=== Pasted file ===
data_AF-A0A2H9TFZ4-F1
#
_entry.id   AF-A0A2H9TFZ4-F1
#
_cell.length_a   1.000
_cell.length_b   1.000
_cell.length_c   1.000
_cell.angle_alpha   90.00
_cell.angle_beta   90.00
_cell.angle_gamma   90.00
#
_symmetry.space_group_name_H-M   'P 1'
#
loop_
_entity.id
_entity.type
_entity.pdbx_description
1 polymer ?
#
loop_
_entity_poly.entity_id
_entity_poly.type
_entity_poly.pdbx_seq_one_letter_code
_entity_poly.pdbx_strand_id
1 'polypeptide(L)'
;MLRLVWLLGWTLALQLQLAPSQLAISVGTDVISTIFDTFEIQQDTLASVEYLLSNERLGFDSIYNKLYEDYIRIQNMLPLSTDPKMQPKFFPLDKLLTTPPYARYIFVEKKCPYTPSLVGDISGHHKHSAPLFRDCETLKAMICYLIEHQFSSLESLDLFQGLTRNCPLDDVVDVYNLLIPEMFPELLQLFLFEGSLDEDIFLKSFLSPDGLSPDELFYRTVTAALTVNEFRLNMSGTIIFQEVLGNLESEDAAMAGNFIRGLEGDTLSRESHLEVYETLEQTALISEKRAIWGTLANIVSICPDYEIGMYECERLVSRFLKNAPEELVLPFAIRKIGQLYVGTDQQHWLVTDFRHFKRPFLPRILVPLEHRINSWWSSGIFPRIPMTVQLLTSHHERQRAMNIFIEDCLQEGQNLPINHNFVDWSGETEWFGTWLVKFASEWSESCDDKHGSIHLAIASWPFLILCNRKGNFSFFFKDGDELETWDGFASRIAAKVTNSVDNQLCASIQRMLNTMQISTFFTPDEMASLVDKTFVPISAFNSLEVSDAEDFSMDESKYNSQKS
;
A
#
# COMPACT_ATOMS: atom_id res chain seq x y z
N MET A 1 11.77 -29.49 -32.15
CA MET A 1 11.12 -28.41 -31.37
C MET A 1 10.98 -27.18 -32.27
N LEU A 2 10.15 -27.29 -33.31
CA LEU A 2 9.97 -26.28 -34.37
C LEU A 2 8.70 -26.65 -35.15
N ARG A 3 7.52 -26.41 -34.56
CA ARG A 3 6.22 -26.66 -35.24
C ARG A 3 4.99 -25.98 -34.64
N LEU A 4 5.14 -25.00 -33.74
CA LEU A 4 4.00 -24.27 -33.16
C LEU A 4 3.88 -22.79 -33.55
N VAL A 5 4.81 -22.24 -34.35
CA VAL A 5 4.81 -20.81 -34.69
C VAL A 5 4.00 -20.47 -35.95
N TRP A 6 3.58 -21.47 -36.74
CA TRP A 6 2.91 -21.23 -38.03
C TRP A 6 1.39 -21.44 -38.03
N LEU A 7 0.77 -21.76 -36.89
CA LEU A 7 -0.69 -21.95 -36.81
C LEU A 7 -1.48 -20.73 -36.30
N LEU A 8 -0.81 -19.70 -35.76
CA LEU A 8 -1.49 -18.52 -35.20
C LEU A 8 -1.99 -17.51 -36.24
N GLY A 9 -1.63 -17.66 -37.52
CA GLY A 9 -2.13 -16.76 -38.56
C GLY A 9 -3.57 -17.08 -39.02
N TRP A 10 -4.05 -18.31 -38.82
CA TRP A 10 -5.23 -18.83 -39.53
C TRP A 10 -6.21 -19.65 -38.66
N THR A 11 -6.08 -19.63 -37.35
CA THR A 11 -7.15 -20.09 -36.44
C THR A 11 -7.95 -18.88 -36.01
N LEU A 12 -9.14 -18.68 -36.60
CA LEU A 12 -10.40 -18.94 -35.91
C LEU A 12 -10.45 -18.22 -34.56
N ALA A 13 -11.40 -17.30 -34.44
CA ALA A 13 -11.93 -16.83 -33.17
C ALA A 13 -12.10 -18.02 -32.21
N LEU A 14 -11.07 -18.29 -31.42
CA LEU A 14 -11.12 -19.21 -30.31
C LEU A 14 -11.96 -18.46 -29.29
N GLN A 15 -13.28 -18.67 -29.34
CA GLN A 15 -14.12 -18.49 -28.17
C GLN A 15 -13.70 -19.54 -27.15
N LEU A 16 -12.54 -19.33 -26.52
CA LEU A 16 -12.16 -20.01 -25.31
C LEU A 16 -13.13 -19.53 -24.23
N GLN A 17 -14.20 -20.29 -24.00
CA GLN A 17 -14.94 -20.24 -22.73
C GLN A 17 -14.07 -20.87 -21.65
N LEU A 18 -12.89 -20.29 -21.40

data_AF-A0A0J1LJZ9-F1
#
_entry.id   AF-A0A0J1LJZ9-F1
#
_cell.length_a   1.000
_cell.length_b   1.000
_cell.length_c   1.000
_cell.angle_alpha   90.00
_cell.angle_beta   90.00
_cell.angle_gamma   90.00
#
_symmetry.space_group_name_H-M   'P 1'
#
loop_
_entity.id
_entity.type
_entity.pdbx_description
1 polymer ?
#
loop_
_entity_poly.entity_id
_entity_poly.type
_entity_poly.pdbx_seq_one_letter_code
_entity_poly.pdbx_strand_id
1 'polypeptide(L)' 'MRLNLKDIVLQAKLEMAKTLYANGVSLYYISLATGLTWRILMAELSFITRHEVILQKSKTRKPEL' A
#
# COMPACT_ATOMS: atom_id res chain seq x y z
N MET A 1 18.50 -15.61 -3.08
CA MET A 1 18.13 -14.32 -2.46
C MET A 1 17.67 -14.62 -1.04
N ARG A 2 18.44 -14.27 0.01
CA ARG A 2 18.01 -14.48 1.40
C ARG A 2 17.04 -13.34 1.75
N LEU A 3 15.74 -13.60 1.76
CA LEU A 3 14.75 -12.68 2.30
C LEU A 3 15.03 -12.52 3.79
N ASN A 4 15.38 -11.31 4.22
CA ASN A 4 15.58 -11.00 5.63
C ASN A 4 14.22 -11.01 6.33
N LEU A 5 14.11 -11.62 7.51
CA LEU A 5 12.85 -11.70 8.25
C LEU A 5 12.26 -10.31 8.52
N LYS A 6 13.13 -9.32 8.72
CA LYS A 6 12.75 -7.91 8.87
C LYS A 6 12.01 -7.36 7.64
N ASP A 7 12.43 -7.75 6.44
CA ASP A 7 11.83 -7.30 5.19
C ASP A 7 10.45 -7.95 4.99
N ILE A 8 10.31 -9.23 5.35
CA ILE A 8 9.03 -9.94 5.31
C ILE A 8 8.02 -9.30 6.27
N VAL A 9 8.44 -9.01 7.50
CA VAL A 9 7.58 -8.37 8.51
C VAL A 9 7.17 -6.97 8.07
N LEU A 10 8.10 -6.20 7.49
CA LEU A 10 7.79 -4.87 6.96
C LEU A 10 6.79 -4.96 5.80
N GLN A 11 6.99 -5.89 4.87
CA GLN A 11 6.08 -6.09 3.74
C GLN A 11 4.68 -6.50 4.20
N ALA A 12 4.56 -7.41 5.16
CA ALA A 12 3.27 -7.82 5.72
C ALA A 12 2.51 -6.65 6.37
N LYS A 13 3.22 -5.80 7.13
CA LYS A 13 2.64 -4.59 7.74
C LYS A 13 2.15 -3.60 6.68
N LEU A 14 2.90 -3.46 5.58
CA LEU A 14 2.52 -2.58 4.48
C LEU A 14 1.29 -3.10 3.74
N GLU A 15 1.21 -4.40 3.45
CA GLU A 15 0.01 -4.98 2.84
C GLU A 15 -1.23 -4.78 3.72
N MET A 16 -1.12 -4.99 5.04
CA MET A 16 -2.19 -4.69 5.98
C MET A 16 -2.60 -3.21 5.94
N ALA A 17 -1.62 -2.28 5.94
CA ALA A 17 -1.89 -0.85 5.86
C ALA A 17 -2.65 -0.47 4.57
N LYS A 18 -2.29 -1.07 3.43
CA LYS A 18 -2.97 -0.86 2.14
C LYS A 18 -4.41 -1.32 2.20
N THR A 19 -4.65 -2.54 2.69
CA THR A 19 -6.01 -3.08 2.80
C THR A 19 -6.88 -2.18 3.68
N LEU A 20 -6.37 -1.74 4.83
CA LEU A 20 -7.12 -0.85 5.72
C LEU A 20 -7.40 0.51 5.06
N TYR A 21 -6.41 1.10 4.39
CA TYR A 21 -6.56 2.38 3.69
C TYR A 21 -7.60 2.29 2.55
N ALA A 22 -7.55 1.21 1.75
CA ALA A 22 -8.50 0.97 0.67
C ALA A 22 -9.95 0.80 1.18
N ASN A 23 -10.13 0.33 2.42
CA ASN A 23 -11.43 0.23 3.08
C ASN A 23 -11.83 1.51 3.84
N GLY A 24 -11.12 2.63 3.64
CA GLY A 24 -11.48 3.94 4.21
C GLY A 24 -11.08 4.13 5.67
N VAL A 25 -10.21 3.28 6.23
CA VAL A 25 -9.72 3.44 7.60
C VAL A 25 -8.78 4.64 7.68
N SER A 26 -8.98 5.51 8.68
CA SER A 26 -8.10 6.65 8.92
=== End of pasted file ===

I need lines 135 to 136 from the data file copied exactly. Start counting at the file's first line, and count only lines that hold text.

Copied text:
CA VAL A 9 7.58 -8.37 8.51
C VAL A 9 7.17 -6.97 8.07